“From my perspective, the Rural and Northern Immigration Program has been an enormous success,” Immigration Minister Sean Fraser has reportedly said.

“The only critical feedback I’ve received is that the communities that benefit from the program would like to bring more people in through the program.”

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Through the five-year RNIP, skilled immigrants are recruited to work in smaller communities with aging populations and labour shortages.

But Fraser has cautioned that evaluating the RNIP’s performance will be somewhat difficult because it was launched during the pandemic.

“We haven’t made formally a decision to make the program permanent yet, not because we don’t like the program, but because the first few years of the program’s existence happened under very challenging circumstances during the COVID-19 pandemic,” he reportedly said.

To be included in the pilot, communities must:

  • have a population of 50,000 or less and be located at least 75km from the core of a census metropolitan area, or;
  • have a population of up to 200,000 people and is considered remote from other larger cities, according to the Statistics Canada Remoteness Index.

Fraser’s suggestion that the RNIP would continue in some form beyond next year has been music to the ears of participating communities’ mayors.

“I’ve heard first-hand from employers that had it not been for the (RNIP) program, you know, they might not have been able to stay open into the next year,” Timmins Mayor Michelle Boileau reportedly told the CBC.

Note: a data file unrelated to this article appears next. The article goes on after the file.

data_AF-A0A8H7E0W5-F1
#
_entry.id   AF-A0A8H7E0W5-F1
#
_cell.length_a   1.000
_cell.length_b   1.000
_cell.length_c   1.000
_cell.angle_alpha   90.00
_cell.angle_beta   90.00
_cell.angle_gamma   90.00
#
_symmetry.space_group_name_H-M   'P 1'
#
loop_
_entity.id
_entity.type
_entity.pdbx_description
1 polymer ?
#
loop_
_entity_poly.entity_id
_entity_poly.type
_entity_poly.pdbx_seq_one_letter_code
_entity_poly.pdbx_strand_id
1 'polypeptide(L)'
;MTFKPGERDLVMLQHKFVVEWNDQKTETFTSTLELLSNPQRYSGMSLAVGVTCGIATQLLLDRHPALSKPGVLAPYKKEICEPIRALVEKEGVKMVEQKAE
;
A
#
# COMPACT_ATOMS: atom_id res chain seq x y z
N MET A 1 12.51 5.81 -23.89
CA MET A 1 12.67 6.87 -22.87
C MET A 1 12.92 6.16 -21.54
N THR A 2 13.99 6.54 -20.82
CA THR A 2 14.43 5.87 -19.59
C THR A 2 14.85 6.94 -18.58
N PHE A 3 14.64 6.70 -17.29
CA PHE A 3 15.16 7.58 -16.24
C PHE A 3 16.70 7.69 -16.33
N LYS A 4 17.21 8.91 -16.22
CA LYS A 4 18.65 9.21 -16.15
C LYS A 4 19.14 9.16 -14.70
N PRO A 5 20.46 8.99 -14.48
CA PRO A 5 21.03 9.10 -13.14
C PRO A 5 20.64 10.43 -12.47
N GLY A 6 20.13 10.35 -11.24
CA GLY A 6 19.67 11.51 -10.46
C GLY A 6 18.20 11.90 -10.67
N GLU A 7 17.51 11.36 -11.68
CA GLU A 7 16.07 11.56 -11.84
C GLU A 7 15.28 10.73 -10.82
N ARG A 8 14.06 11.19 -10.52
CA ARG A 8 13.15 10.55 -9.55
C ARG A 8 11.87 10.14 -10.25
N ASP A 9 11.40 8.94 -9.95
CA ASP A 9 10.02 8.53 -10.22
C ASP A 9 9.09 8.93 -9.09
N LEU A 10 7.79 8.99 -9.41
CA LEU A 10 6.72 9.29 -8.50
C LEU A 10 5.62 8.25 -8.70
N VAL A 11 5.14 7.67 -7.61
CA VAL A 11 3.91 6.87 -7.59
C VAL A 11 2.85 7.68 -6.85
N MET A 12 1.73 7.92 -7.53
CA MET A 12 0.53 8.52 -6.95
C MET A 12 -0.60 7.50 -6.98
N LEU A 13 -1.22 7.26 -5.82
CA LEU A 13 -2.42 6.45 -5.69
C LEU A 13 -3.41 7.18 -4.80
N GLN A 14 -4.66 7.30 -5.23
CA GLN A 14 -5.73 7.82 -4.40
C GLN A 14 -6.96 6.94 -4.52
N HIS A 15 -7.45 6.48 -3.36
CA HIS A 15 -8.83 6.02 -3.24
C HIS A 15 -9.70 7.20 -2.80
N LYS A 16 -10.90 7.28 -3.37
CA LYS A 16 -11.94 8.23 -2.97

“So, it’s having a very positive impact on our business community.”

There are currently 11 participating communities in the pilot program. These include:

Community Community website
North Bay, ON
Sudbury, ON
Timmins, ON
Sault Ste. Marie, ON
Thunder Bay, ON
Brandon, MB
Altona/Rhineland, MB
Moose Jaw, SK
Claresholm, AB
Vernon, BC
West Kootenay (Trail, Castlegar, Rossland, Nelson), BC


Under this pilot program, candidates must meet both the federal and the community eligibility requirements.

Applicants Under The RNIP Need A Year Of Full-Time Work Experience In Past Three Years

The federal requirements include qualifying work experience or an international student exemption.

Candidates must have one year (1,560 hours) of full or part-time work experience in the last three years but it doesn’t need to be continuous or be with just one employer. It must, however, include most of the main and essential duties listed in the National Occupational Classification (NOC) and unpaid and self-employed hours do not count.

Candidates who are international students are exempt from needing work experience provided they either graduated with a master’s or doctoral degree or:

  • graduated with a credential from a minimum two-year-long post-secondary program in the recommended community;
  • were studying as a full-time student for the full duration of two or more years;
  • received the credential no more than 18 months before the date of application for permanent residence, and;